Leon Cooperman at the 2019 Delivering Alpa conference in New York on Sept. 19. 2019.
Adam Jeffery | CNBC
Like many of her fellow Democrats vying for the party’s nomination, the Massachusetts senator has railed against the uber-rich like Cooperman, promising to tax them to pay for the surfeit of domestic programs she has proposed.
“What is wrong with billionaires? You can become a billionaire by developing products and services that people will pay for,” the head of Omeaga Advisors told the website. “I believe in a progressive income tax and the rich paying more. But this is the f—–g American dream she is s——g on.”
CNBC has reached out to Warren’s campaign for comment.
Warren has proposed a 2% wealth tax on people who earn more than $50 million and 3% on earnings above $1 billion. In exchange, she has put forth a slew of education proposals aimed at reducing inequality, making education affordable and providing greater access to special needs students.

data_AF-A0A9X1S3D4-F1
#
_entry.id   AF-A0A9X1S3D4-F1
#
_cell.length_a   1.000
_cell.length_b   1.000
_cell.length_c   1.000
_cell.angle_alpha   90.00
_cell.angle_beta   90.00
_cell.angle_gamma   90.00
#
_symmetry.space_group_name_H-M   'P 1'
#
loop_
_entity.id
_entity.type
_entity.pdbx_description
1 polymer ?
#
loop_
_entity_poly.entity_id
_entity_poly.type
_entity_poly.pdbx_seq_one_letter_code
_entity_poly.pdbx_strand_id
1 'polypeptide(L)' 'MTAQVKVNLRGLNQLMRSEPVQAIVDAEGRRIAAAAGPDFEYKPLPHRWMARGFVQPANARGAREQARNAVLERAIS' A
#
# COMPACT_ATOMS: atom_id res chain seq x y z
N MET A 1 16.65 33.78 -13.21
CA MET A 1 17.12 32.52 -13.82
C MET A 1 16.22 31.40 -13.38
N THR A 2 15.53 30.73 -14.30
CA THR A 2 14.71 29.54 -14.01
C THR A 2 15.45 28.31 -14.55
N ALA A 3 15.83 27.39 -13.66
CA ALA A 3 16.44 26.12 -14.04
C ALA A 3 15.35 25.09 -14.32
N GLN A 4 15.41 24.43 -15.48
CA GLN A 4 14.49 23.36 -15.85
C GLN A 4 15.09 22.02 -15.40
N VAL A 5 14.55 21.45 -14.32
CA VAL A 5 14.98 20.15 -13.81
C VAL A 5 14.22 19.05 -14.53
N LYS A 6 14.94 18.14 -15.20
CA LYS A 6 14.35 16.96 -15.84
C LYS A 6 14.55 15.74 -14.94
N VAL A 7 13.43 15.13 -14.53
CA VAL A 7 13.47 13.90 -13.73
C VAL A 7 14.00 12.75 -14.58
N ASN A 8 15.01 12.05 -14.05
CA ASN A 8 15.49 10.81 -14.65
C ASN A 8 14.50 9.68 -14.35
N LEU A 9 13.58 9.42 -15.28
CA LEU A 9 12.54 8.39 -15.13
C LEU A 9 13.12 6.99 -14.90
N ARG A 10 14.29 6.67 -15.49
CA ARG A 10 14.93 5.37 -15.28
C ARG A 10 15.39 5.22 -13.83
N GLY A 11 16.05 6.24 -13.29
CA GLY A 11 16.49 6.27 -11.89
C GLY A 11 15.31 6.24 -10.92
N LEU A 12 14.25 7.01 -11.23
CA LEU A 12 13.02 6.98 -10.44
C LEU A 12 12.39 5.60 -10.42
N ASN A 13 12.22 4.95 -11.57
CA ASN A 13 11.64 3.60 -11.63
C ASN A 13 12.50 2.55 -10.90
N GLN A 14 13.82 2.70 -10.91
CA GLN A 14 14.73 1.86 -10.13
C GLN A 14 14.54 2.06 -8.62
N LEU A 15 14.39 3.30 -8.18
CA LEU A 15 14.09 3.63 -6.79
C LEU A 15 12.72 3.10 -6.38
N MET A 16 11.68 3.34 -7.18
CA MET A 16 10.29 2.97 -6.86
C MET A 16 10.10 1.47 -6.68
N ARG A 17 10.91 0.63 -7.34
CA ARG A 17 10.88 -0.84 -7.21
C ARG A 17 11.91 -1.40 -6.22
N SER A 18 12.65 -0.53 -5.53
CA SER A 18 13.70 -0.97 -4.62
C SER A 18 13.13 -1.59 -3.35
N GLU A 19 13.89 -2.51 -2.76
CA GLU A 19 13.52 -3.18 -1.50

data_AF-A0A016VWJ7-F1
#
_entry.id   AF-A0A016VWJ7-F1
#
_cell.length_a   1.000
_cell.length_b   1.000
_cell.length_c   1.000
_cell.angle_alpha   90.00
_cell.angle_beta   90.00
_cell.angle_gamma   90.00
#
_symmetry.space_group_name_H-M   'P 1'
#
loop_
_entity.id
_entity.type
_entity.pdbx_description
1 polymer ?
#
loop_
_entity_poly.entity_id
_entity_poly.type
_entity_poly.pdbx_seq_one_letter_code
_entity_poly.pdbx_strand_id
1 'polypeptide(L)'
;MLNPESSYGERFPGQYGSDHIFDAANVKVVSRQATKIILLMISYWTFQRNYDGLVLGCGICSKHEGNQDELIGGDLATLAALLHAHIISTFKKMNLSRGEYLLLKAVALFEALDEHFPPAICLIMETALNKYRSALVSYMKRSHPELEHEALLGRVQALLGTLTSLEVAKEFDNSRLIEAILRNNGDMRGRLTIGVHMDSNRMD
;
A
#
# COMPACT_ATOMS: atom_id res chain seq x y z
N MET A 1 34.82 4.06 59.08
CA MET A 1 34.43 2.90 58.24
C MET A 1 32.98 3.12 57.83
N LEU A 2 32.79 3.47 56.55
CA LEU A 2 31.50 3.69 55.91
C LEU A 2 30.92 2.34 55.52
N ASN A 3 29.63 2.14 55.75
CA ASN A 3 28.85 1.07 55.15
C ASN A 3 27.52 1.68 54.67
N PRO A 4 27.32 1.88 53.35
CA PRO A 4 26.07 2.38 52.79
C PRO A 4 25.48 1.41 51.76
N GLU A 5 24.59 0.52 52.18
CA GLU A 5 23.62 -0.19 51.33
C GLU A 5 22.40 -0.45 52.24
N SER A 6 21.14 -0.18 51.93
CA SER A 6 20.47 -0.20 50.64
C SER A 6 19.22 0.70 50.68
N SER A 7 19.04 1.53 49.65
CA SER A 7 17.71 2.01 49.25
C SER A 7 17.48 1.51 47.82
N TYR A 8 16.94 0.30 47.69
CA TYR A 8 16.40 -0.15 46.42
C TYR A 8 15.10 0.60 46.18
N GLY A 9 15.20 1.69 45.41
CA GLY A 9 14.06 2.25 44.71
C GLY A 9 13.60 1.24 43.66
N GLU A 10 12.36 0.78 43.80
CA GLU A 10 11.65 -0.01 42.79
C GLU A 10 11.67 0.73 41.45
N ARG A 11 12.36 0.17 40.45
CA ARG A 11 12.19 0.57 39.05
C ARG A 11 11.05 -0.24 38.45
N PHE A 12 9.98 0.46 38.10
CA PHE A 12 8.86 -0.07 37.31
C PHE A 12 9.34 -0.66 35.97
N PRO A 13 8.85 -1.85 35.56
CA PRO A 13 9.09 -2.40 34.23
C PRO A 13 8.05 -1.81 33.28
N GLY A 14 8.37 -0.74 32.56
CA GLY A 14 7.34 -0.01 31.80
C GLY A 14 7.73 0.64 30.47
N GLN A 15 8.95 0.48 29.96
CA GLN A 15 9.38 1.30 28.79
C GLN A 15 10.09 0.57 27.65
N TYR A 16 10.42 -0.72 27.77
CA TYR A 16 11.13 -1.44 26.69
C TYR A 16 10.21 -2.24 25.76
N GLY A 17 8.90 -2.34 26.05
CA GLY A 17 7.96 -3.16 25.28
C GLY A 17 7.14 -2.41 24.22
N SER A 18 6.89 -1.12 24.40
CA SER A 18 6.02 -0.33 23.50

Her proposals, though, have run into resistance, particularly on Wall Street. Cooperman told CNBC last week that if Warren is elected the stock market is likely to fall by 25%.
For her part, Warren has not been chagrined by the multiple critics among Wall Street’s power centers. When CNBC’s Jim Cramer stated on air that Wall Street executives are fearful of her, Warren retweeted a CNBC tweet of the segment and captioned it, “I’m Elizabeth Warren and I approve this message.”
Correction: An earlier version misstated the threshold amount in Warren’s proposed wealth tax. It is $50 million.
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